The first public school law in Illinois was the Free School Act of 1825. This act provided that common schools should be established in each county of the state, which were to be free and open to all white citizens between the ages of 5 and 21.
This law was amended two years later because some families that did not have children did not want to pay taxes to support the school. Because this weakened the Law of 1825, few public schools were established.
As Illinois was settled in the first half of the 19th century, schools were often established in each settlement. These schools were not free tax-supported schools but rather “subscription” schools where parents paid to have their children enrolled.
Often these schools were privately operated, and if they could not hire a private teacher, then a local minister, lawyer, doctor or some other person in the community taught the students.
In 1845, a Free School Act was passed in Illinois that gave voters the opportunity to meet together to determine the possibility of levying taxes for the support of building and/or repairing schoolhouses.
When the third Constitution of the State of Illinois was approved in 1870, Article VIII stated, “the General Assembly shall provide a thorough and efficient system of free schools, whereby all the children of the State shall receive a good common school education.” With this Article, it was mandated that all counties in the state must organize elementary school districts.
In Joliet, two of the early school buildings in the township that were erected as a result of this act were located in downtown on Webster Street, between Chicago and Scott streets. These structures were known as the Roosevelt building and the Central building.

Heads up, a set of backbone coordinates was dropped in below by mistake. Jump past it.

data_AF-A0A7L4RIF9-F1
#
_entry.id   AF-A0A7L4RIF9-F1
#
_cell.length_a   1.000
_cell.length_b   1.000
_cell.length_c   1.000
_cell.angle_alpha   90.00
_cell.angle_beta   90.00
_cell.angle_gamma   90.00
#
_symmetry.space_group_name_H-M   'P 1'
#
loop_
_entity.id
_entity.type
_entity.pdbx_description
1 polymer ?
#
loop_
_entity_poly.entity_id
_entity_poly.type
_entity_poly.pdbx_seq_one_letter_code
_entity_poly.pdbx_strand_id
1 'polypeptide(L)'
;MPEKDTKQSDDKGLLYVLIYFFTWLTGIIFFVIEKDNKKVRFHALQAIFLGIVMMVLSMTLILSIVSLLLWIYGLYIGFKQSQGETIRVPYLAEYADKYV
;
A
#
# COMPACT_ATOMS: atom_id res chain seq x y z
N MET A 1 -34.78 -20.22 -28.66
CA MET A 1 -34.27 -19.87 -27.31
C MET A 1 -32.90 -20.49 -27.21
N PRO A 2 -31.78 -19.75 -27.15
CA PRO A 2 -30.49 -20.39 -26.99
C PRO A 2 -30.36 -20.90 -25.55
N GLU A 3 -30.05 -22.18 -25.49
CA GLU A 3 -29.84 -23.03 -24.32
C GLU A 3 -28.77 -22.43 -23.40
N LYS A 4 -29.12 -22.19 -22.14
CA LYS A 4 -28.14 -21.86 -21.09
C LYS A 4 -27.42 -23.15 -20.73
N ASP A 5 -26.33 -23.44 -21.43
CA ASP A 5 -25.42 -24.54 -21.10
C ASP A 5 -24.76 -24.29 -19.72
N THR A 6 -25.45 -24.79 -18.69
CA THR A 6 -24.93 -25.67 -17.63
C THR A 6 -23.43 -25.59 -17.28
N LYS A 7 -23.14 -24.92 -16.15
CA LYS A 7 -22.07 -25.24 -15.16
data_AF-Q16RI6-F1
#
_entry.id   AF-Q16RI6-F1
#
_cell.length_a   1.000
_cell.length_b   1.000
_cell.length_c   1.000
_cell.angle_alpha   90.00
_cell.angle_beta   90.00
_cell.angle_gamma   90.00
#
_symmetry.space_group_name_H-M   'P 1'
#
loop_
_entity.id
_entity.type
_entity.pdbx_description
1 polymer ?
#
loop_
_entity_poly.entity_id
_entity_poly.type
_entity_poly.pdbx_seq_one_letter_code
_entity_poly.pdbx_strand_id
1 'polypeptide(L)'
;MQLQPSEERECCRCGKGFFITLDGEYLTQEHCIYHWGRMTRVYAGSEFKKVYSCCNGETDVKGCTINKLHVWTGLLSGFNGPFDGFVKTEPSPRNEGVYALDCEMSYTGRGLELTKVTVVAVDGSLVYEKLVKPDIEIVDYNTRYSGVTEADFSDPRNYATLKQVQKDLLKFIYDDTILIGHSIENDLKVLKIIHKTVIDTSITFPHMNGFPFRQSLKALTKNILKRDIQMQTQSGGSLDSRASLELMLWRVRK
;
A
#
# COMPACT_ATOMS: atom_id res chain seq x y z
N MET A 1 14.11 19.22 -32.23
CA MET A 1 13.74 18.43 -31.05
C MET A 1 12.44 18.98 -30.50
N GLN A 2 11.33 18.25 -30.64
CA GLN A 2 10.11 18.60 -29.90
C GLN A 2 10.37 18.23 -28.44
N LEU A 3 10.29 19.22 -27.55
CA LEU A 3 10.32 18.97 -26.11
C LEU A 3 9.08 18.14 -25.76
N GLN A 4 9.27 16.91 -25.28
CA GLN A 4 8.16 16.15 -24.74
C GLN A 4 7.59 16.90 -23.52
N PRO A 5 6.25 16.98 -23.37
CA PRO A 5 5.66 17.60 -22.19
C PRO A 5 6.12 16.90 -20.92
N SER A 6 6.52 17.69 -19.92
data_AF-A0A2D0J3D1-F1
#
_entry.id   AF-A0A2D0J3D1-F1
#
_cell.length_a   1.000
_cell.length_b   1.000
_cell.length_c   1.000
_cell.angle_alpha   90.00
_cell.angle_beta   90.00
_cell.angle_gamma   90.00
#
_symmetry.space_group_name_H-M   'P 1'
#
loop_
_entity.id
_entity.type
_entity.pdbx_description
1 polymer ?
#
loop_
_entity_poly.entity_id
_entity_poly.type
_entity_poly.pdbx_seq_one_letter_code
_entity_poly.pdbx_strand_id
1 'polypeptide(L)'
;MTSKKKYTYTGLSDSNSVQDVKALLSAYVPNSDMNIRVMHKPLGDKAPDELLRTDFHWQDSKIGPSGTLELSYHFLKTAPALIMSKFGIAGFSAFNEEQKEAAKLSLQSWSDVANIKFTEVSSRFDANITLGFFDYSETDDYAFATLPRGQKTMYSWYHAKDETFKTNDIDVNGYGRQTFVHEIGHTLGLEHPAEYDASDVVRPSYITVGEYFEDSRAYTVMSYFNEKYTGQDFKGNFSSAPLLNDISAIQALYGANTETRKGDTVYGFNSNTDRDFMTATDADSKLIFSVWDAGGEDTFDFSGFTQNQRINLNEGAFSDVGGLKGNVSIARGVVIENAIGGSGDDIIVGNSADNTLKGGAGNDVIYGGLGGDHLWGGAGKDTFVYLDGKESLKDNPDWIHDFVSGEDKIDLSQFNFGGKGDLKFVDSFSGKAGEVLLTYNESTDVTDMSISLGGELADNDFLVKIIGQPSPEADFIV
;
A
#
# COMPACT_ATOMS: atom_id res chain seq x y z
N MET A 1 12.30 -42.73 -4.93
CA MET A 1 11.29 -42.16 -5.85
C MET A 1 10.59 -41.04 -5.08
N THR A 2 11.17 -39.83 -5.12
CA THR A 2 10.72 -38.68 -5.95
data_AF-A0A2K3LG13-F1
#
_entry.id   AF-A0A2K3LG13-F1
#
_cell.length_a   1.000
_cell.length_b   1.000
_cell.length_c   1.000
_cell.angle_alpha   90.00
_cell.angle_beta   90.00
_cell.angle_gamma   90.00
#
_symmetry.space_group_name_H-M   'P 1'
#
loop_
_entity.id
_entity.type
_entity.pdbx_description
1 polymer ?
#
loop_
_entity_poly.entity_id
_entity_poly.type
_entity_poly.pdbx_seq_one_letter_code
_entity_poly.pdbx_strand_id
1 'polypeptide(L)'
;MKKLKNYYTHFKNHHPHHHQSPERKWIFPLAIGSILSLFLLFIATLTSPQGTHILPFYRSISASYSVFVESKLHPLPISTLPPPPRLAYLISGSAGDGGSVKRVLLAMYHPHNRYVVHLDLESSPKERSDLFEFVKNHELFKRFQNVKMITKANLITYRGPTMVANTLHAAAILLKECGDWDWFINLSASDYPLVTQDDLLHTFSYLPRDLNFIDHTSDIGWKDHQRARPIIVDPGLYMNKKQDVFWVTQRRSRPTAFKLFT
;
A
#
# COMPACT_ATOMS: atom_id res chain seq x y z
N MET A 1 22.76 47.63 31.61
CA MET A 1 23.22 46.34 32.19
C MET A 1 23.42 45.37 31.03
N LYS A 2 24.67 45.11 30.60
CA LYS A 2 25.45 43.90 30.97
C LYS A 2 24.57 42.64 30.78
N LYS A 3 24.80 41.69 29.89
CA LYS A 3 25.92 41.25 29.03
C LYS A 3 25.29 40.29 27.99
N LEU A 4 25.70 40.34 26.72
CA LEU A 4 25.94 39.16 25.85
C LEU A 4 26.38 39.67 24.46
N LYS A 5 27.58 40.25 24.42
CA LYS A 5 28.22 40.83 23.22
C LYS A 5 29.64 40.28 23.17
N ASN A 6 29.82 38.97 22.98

The Roosevelt building, located on the northeast corner of Chicago and Webster Streets, was a three-story, stone structure constructed in 1881, and the Central building, located on the northwest corner of Scott and Webster Streets, was a brick building built in 1908.
The Roosevelt School served as the city’s public high school until a new building on Jefferson Street was constructed in 1901. Central Junior High closed in 1956 when it was razed to make room for the J.C. Penney’s and Woolworth’s stores.
By 1899, overcrowded conditions prompted voters to establish a new township high school and approve the purchase of a new site for the construction of a new school at the corner of Jefferson Street and Eastern Avenue. In 1901, the Joliet Township High School was open to the hundreds of students enrolled that year.
Designed by Frank S. Allen and built in the Collegiate Gothic style, the building was constructed primarily of Joliet limestone and, for decorative detailing, Bedford stone was used on the exterior. The building’s interior included marble floors and stairs, arch-shaped doorways, and custom crafted solid oak doors.
The Adam Groth Company of Joliet was the general contractor for the new high school. Groth, who was born in Germany, learned the cut stone building trade from his father and arrived in Joliet and started his cut stone and contracting business in 1895. The Adam Groth and Company was known for its interior marble work as well as for its fine exterior cut stone. Much of the stone that Groth used came from Indiana and Minnesota as well as Joliet quarries.Additions and extensions were added to the high school over the years, including a 2,100-seat auditorium. More than 100 years later, the building still operates as a school and is commonly known as Joliet Central High School. The high school building was added to the National Register of Historic Places in 1982.